Saturday, Oct. 16 is National Move Over Day
(KBSI) – Saturday, October 16 is National Move Over Day to remind drivers to help protect emergency personnel working on the side of the road.
The Missouri State Highway Patrol posted a video on its Facebook page showing dangerous crashes involving state troopers who were working on the side of the road.
National Move Over Day, the third Saturday of every October, is an event when first responders, roadway workers, and communities across the United States promote awareness of Move Over laws.
The Move Over Law is a traffic law currently mandatory in all 50 states. It requires all vehicles approaching an emergency scene, marked by flashing lights, emergency responders and rescue equipment, to slow down and as soon as safe to do so, move into a lane away from the emergency activity.
“Struck-by” incidents are recognized as the leading cause of death and serious injury to all roadway responders.
In 2021, drunken, drugged or distracted drivers have caused a record breaking 49 responder deaths and more than 350 separate struck-by incidents to police, rire, EMS, towing and DOT responders, according to National Move Over Day’s Facebook page.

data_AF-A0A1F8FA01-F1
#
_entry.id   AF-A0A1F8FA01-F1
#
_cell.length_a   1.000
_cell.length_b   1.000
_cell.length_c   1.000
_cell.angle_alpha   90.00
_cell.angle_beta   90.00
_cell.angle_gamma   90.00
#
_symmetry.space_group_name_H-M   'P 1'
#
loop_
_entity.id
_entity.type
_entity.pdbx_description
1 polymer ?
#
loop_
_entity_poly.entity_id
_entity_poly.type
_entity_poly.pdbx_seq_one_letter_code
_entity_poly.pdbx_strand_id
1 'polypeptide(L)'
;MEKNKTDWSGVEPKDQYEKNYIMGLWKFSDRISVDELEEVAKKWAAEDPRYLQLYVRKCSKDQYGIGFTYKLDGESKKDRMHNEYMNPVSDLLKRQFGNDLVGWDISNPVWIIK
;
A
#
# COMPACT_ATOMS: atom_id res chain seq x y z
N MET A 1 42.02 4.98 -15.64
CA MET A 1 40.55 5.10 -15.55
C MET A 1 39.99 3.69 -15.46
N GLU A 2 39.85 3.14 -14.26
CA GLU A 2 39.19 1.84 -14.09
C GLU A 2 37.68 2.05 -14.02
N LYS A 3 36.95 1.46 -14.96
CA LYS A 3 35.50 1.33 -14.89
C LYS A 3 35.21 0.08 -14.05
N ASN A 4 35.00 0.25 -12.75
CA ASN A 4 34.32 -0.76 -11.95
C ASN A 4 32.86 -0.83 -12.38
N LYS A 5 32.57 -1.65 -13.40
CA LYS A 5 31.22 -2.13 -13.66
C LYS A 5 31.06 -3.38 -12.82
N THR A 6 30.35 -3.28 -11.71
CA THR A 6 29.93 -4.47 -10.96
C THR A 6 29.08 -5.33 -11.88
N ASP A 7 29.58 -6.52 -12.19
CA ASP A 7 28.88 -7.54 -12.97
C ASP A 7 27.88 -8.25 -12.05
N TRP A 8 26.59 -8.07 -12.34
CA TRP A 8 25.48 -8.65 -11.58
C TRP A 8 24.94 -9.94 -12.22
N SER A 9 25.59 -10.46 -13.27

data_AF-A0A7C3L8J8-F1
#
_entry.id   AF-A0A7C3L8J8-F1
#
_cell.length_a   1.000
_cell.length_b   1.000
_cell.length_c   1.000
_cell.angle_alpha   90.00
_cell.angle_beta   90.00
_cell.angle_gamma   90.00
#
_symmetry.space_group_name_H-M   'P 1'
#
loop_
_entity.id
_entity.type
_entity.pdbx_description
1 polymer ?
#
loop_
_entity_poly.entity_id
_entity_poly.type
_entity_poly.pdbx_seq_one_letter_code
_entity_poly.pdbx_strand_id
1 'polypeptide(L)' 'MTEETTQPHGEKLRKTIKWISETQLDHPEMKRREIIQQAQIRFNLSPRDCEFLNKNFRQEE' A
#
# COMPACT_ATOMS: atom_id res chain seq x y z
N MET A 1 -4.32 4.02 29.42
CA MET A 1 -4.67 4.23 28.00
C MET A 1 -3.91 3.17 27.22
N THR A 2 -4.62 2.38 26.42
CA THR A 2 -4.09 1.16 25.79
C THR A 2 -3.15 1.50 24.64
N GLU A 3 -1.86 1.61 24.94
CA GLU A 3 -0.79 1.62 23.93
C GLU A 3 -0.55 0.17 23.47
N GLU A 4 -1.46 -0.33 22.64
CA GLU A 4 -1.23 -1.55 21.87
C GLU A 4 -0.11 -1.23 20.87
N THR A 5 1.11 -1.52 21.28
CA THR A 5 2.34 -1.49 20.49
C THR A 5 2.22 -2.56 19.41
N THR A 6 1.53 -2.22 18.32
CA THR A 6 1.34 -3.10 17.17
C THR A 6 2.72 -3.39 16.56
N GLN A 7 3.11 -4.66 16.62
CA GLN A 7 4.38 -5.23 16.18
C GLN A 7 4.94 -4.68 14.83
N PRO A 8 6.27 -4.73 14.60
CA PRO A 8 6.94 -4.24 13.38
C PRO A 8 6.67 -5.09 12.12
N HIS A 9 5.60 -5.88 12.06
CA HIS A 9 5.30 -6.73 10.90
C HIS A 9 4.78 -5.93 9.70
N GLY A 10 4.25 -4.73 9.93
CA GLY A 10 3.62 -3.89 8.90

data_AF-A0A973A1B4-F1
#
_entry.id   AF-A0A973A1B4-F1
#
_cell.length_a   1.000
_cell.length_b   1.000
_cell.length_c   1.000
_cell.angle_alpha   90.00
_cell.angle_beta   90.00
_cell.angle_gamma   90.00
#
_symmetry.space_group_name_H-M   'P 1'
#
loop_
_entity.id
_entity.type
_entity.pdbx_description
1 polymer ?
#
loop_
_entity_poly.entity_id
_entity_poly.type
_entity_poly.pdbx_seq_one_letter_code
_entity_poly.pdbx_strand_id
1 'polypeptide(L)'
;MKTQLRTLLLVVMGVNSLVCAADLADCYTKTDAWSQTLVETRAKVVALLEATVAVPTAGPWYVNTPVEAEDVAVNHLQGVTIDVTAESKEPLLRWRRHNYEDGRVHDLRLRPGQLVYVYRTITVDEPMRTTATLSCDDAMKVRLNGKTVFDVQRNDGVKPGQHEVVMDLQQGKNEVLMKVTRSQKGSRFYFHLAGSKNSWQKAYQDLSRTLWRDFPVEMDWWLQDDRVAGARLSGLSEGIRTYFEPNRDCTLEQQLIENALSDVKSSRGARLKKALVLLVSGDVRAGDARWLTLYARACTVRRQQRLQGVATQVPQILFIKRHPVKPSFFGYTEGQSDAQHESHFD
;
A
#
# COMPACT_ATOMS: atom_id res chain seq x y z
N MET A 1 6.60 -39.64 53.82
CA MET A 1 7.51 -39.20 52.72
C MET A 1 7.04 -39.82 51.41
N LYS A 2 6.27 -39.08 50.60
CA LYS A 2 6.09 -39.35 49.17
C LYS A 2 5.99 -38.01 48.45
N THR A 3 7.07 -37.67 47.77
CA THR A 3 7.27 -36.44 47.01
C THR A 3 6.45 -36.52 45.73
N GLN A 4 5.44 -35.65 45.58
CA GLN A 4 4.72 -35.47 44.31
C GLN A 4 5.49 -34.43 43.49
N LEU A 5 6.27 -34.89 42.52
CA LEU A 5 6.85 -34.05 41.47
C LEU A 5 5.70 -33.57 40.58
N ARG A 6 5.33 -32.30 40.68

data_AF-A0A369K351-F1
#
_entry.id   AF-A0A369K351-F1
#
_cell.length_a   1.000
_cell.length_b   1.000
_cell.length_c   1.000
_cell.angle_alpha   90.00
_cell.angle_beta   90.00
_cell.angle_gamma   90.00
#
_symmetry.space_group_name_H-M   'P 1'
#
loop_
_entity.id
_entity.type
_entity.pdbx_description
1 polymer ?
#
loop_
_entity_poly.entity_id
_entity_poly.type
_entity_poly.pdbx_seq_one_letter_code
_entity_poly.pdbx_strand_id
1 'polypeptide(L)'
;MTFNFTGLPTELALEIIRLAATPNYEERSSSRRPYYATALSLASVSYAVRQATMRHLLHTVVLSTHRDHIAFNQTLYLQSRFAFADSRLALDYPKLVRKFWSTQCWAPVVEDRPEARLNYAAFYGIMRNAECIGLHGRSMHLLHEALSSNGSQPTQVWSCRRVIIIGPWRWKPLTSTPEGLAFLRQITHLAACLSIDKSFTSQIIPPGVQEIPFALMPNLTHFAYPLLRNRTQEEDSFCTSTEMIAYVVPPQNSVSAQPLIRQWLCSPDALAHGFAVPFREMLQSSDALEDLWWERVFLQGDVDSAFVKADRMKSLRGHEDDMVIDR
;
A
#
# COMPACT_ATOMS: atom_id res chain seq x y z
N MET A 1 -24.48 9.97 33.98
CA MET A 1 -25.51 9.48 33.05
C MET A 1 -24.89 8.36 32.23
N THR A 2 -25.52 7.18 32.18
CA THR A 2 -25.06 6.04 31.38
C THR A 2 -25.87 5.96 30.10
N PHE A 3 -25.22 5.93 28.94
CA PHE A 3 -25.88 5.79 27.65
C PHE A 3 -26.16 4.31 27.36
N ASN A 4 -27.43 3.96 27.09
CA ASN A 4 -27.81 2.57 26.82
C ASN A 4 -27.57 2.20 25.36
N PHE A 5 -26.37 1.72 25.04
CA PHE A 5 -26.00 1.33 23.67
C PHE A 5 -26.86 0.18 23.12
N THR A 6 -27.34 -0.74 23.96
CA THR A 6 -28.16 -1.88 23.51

In the United States:
- Two emergency responder are stuck each day, on average, while working along the roadway.
- One emergency responder is stuck and injured every two days, on average, while working along the roadway.
- One emergency responder is struck and killed every seven days, on average, while working along the roadway.
Move Over Laws originated in South Carolina in 1994, when Lexington County EMS Paramedic James D. Garcia was struck and injured while attending a patient at an accident scene. Paramedic Garcia was listed at fault for blocking the road, and in trying to appeal the ruling, learned that EMS were not protected while working in the roadway. This motivated him to create the Move Over Law, which first passed in SC in 1996.
In 2002, the emergence of reality television, dash cams, and several tragic high profile responder deaths got the attention of the national responder community.
A version of the Move Over Law has passed in every state with Hawaii the last state to pass the law in 2012.